Evaluating Cosmeceutical Efficiency

Published on 15/03/2015 by admin

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Last modified 15/03/2015

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Chapter 5 Evaluating Cosmeceutical Efficiency


This chapter is intended to provide a brief, introductory survey of instrumental methods for evaluating cosmeceutical efficacy on human skin. Although the emphasis will be on instrumental methods, it is strongly recommended that a three-pronged approach that includes expert graders’ evaluations and panelists’ self-appraisals, in addition to the instrumental measurements, are utilized to evaluate the effects of various cosmeceuticals on skin condition whenever possible.

Box 5.1 provides an alphabetical listing of the instruments that have been used over the years to noninvasively measure cosmeceutical effects on human skin. This is a very active area of research and there are a number of methods currently being developed.

Rather than discuss the various instruments in alphabetical order as they are presented in Box 5.1, a better approach is to start with those methods that measure aspects of the skin that are directly related to how the dermatologist and/or patients evaluate skin condition. That is, primarily to look with their eyes and feel with their fingers. Other instrumental techniques measure properties that cannot readily be appreciated by either visual or tactile means. These include assessments based on physiologic processes such as blood flow or transepidermal water loss rates.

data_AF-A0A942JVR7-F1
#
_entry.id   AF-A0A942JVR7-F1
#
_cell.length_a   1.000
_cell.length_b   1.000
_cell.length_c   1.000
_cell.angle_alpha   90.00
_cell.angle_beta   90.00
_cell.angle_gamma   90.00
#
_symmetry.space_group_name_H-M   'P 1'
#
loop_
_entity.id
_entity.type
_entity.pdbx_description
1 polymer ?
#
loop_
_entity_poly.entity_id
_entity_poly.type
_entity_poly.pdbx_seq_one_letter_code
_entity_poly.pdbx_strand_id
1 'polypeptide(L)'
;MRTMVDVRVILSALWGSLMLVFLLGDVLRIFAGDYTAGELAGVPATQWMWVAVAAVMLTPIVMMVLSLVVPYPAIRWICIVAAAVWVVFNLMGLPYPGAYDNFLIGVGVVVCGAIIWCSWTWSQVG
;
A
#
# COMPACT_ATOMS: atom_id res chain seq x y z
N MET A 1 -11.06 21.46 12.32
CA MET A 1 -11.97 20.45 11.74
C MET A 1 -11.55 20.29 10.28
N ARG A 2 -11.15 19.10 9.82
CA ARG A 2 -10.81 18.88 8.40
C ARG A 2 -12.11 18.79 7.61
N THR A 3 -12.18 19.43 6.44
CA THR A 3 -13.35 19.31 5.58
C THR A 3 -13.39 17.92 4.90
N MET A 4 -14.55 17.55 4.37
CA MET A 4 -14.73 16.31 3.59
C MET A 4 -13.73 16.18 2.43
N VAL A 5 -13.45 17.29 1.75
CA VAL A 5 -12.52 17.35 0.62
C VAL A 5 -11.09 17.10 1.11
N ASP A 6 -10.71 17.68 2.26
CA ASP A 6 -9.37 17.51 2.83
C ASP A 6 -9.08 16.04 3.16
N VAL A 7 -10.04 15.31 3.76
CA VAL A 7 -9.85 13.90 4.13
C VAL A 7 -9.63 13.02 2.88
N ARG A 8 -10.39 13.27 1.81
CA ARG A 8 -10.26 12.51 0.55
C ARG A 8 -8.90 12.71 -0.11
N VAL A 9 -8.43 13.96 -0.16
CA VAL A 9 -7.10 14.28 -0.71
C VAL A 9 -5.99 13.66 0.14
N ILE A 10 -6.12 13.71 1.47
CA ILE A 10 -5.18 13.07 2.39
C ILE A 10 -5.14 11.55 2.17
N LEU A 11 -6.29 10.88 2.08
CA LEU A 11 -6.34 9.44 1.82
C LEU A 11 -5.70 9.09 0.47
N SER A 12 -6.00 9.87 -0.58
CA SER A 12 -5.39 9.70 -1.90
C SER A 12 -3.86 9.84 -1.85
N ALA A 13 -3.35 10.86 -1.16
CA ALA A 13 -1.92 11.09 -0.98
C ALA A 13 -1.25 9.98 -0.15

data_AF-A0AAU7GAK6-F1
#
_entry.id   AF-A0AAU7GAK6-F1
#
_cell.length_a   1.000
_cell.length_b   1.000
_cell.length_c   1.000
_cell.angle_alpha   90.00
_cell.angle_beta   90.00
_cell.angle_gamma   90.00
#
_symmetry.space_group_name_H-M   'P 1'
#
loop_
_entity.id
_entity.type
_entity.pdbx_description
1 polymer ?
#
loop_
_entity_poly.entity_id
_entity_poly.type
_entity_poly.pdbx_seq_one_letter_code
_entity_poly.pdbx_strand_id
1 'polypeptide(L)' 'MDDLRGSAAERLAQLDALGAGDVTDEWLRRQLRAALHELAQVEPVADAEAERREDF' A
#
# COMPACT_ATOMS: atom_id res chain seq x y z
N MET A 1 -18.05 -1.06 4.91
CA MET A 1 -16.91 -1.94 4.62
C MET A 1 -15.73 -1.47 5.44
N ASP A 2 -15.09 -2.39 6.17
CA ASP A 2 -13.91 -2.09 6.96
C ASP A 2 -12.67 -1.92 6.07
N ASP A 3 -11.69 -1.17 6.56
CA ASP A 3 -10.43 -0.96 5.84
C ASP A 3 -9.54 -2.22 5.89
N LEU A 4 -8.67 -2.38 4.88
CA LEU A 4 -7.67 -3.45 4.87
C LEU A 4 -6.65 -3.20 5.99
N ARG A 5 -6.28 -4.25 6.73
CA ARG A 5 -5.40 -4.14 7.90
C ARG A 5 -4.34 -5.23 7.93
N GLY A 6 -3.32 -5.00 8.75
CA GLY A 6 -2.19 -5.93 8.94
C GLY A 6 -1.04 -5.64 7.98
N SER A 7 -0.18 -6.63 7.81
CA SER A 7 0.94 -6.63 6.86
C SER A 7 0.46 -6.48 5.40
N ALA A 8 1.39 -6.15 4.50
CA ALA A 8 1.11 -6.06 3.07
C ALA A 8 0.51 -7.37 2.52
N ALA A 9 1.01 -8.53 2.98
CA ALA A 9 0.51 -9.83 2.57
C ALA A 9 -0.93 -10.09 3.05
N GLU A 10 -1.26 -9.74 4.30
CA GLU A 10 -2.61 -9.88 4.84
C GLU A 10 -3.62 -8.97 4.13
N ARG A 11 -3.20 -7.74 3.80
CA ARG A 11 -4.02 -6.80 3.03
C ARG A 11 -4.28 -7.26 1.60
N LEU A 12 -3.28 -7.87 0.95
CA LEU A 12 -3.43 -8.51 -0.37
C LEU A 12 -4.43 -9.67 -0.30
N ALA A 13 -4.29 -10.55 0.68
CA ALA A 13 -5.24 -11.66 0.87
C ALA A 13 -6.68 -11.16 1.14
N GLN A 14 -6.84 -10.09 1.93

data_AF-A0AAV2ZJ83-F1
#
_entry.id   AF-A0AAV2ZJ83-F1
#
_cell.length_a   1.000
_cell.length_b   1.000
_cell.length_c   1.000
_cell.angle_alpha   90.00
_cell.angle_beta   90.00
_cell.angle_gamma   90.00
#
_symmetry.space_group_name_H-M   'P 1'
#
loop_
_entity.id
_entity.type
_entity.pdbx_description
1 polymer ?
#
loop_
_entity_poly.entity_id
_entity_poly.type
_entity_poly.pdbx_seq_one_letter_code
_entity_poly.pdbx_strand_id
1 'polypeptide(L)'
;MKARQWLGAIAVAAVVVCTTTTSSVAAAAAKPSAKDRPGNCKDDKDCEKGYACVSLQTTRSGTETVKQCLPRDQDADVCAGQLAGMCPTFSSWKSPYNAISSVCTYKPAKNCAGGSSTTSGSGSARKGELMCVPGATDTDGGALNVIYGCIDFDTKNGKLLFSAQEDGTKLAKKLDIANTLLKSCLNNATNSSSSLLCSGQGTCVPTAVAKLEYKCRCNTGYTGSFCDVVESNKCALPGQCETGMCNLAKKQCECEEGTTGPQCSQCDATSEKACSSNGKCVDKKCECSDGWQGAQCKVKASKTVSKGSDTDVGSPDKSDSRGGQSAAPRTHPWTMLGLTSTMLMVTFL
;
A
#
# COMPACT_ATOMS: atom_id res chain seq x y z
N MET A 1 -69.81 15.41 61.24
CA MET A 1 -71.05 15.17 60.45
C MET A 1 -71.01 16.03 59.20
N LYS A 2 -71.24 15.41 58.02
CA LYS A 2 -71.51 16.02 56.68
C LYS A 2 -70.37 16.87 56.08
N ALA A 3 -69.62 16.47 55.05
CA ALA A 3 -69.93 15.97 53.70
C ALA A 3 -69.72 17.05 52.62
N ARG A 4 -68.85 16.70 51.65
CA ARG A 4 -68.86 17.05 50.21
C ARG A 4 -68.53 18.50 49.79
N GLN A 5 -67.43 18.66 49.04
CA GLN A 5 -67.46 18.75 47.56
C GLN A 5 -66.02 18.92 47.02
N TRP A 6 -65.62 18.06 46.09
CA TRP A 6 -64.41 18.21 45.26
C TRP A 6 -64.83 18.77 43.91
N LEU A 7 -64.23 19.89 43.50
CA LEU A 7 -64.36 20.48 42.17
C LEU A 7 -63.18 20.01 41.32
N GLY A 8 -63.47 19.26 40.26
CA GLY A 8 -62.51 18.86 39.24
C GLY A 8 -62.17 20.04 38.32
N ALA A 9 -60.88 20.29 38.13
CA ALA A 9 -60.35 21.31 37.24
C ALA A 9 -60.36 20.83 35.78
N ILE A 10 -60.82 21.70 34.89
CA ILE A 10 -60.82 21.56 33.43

• Image analysis

One of the more popular claims currently being made for most cosmeceuticals is that they are ‘antiaging and help restore a more youthful skin’, or words to that effect. One highly desirable outcome of such a treatment would be to reduce the appearance of facial wrinkles, such as those in the crow’s feet region. Although such changes can be documented by standardized clinical photographs, it is more desirable to cast a replica of the skin surface by using a silicone rubber impression material, such as Silflo. Figure 5.1 shows representative specimens obtained from individuals with varying degrees of photodamage; the differences in wrinkle depth are readily appreciated. However, by using optical profilometry one can objectively measure changes in skin surface topography due to effective cosmeceutical treatments. This technique involves computer imaging techniques in which a digitized image is taken of the replica that is illuminated from a fixed low angle. This causes various surface features to be highlighted or shadowed in such a way that a graphic representation of the surface topography can be generated and subsequently analyzed for wrinkling, roughness, and other textural features (Fig. 5.2).

This is but one example of how computerized image analysis can be used to objectively extract quantitative information from images. Box 5.2 provides a listing of some of the more common applications of image analysis that have been used to study skin structure and function. The basic rule seems to be that anything that can be seen by the unaided eye can easily be measured. Moreover, by using specialized lighting techniques such as Wood’s lamp illumination, things that cannot be directly visualized can be detected and measured in the specially created images.